Fly tipping - farmers' union calls for urgent action as cases surge - in Banburyshire cases have been high for 'a long time'

Council leaders in the Banbury area have given a reminder about fines of up to £50,000 or a year in prison for fly-tipping as reported cases surge.
Fly-tipping is on the increase - quiet country lanes and farm gateways are often used by people dumping unwanted rubbish Picture by GettyFly-tipping is on the increase - quiet country lanes and farm gateways are often used by people dumping unwanted rubbish Picture by Getty
Fly-tipping is on the increase - quiet country lanes and farm gateways are often used by people dumping unwanted rubbish Picture by Getty

It’s not just the odd bin bag but old kitchen appliances, sofas and industrial-scale amounts of rubbish, such as builder’s rubble and hazardous materials, says the National Farmers' Union (NFU).

The Cherwell reminder came as the NFU called for urgent action into fly-tipping on farmland. Cases rose to 1.13m reports in the latest figures, an increase of 16 per cent on the previous 12 months. At the same time, the number of fixed penalty notices and fines handed out is down year-on-year.

Cherwell District Council said fly tipping reports in the district have been running at a high rate for some time.

"Illegal waste disposal in a public place is an offence punishable by a fine of up to £50,000 or 12 months’ imprisonment if convicted in a magistrates' court. The offence can attract an unlimited fine and up to five years' imprisonment for perpetrators convicted in a crown court," said a spokesman.

The NFU says government, local authorities, police and the Environment Agency need to work better together on sharing information to ensure more offenders are being prosecuted.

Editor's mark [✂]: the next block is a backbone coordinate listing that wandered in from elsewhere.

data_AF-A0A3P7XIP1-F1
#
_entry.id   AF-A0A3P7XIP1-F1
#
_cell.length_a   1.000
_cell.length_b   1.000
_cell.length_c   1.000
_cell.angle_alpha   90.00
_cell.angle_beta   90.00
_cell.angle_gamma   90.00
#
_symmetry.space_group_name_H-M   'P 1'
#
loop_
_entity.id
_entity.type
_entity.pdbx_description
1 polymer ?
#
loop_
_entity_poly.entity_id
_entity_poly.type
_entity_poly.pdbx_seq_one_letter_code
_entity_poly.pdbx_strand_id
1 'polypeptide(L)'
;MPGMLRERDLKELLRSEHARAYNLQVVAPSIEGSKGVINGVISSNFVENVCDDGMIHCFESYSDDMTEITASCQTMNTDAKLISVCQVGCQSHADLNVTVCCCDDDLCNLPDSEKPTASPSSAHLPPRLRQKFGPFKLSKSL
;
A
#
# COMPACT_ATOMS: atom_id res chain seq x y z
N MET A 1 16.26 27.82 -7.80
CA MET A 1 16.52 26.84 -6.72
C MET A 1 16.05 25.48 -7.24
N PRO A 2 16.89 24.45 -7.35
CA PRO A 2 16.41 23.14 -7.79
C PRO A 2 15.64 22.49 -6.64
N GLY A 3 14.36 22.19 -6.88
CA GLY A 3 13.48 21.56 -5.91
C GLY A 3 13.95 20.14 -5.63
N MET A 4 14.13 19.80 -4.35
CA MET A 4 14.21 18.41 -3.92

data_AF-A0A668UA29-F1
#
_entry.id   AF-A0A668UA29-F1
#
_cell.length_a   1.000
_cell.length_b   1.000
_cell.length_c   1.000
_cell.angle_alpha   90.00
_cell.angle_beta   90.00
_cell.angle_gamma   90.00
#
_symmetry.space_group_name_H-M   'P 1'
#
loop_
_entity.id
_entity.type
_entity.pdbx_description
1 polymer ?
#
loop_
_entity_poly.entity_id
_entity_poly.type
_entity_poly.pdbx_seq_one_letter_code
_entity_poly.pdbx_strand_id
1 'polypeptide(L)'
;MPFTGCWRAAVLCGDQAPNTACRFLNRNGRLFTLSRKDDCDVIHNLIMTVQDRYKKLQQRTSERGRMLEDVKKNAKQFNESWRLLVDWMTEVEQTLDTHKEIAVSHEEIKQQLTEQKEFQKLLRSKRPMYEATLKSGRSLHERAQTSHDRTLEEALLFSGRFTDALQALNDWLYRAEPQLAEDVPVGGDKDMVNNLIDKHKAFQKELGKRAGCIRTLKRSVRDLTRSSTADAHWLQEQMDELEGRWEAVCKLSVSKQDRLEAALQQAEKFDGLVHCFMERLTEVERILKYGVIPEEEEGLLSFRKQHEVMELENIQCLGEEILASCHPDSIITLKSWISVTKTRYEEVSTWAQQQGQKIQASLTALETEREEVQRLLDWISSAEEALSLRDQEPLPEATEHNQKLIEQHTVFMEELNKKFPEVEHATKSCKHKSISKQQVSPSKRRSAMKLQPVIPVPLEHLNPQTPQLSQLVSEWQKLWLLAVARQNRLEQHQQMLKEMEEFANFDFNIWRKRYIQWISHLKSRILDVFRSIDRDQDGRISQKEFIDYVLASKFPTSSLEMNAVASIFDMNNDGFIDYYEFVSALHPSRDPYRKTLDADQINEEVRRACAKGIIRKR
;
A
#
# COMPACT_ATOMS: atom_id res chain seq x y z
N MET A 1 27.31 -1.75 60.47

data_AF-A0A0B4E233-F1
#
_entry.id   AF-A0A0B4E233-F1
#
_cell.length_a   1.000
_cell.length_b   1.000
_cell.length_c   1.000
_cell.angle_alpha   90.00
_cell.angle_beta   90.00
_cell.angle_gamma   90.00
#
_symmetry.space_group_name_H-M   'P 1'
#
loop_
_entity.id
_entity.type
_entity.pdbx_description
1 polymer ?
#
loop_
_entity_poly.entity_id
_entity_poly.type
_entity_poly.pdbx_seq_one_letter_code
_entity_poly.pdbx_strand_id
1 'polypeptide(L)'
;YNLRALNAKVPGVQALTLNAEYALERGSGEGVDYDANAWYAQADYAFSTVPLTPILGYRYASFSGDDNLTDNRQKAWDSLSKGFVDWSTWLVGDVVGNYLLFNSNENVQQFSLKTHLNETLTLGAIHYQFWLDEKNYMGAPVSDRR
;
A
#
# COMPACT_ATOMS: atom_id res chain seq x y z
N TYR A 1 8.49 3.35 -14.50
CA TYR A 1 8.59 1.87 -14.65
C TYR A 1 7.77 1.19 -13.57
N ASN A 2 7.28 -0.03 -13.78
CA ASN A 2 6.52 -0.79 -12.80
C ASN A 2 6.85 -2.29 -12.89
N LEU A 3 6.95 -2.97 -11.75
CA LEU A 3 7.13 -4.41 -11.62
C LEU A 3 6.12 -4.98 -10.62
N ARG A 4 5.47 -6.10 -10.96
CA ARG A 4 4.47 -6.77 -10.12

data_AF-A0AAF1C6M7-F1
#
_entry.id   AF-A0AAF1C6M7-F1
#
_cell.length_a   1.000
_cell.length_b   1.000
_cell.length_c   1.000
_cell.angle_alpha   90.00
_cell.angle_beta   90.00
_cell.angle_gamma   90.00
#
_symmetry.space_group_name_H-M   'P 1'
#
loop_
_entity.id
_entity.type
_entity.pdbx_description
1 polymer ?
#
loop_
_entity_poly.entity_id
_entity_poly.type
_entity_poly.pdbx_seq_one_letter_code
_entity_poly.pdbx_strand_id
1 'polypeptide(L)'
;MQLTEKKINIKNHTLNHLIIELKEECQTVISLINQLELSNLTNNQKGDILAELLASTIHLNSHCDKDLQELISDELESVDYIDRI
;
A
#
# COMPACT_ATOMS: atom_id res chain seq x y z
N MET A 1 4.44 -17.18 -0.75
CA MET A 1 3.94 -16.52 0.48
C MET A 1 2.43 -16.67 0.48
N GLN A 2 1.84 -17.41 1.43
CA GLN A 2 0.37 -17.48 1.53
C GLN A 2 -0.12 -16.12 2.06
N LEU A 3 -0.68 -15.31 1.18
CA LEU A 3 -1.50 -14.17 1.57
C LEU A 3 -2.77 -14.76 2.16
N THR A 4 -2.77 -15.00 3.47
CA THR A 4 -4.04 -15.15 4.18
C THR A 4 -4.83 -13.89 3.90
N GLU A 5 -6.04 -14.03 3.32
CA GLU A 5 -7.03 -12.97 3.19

The union says adequate punishments that deter criminals dumping waste illegally and easier ways for the public to recycle rubbish will also help in the fight against fly-tipping which continues to have a devastating impact on farming businesses and rural communities.

Responding to the latest government figures, NFU Deputy President Stuart Roberts said: “These figures are incredibly disappointing, particularly when the number of local authority enforcement actions, fixed penalty notices and fines handed out by the courts to offenders are all down.

"It also confirms what we heard from our members during the first lockdown that fly-tipping incidents spiralled out of control, particularly when waste and recycling centres closed.

Fly-tipping continues to plague the lives of many of us living and working in the countryside. It’s not just the odd bin bag but old kitchen appliances, sofas and industrial-scale amounts of rubbish, such as builder’s rubble and hazardous materials. This affects farmers working hard to produce food and care for the environment, but it also takes a huge toll emotionally and financially and impacts on mental health.

“Significant progress needs to be made to stop it from happening. Let’s start by properly punishing those offenders who are caught dumping waste illegally with punitive fines, so they act as a deterrent.

“It’s crucial that police, government agencies and local authorities work more closely together to tackle the problem by sharing information to ensure more offenders are being prosecuted. In some areas these relationships work well but we need to see a more consistent approach across the whole country.”

“There is also a role for all of us in our own homes to recycle more and dispose of our waste responsibly. Better education for householders about legal obligations when disposing of rubbish can help make people aware of their responsibilities.”